The kids are sniping, griping and just being sassy. You’ve gotta get dinner on the table and do 3 loads of laundry before bedtime. And there’s clearly 2 hours of homework stretching out in front of you – even though you know it “should” only take 20 minutes. And then, it happens. Your daughter snaps back at you when you ask her to do something simple, like feed the dog: “No!” she screams, and stomps off to her room.
Is it “worth the fight”?
The short answer: No.
But it’s more complicated than that, isn’t it?
It’s not that you don’t address the issue, or hold your child accountable. There is a conversation to have (later, when she’s not triggered), probably some natural consequence to follow. The dog might not be able to wait, so you may want to identify something else that could be expected of her, a “replacement” chore to communicate at a later time.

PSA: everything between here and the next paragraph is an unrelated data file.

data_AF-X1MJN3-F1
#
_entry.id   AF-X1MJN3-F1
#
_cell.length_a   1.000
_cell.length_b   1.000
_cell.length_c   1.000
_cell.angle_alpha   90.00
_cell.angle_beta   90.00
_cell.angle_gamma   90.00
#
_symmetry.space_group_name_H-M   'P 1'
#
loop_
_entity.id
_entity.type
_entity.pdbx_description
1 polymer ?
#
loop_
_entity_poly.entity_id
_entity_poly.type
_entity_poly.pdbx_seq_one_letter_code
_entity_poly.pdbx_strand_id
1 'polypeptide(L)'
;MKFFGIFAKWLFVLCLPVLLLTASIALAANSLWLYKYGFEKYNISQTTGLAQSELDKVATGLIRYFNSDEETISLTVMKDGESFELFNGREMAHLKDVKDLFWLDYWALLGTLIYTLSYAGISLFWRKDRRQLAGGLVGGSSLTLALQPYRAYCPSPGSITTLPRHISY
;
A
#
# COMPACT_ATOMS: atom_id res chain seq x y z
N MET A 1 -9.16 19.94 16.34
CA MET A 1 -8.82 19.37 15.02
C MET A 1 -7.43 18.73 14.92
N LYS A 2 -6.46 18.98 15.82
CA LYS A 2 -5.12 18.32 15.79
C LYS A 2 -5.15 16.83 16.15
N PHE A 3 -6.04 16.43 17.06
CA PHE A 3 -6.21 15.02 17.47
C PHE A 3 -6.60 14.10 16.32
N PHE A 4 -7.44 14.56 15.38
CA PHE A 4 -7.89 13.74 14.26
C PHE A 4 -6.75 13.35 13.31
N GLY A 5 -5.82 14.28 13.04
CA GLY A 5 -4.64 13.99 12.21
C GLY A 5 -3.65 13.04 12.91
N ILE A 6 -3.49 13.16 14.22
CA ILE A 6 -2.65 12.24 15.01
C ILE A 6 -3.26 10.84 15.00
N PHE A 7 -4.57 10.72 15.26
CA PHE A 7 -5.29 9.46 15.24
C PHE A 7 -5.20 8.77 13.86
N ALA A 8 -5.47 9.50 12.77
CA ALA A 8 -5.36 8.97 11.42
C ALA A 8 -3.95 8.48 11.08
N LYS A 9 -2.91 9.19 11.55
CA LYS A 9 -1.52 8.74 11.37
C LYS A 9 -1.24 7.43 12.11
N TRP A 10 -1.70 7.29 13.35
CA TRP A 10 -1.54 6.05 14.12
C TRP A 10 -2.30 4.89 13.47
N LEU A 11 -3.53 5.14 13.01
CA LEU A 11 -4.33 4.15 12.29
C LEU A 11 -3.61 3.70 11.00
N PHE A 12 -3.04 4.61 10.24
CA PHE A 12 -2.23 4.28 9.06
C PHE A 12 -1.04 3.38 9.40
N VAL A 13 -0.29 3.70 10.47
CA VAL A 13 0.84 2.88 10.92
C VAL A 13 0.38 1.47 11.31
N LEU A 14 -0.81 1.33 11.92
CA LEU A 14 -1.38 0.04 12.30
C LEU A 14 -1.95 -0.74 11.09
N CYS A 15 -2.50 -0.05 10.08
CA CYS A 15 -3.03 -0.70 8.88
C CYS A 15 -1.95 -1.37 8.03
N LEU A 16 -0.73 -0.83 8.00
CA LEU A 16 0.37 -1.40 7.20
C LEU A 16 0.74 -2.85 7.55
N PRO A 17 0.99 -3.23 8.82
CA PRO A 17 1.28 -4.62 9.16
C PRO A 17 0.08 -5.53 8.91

When kids are emotional, or bratty, or difficult, something is going on with them — they are usually hungry, angry, lonely, tired, scared, disappointed, etc. They have to learn to manage those difficult situations in life – and you have the opportunity to help them with that, as long as you don’t take up the fight.
As adults, when we choose not to take their reactions personally, when we are clear and compassionate, then we don’t need to fight with our kids. Instead, we can accept where they are in their stage of development. And we can create an environment that teaches them to correct their mistakes without shame.
So if you make the decision that it’s never worth the fight – what’s the opportunity, instead?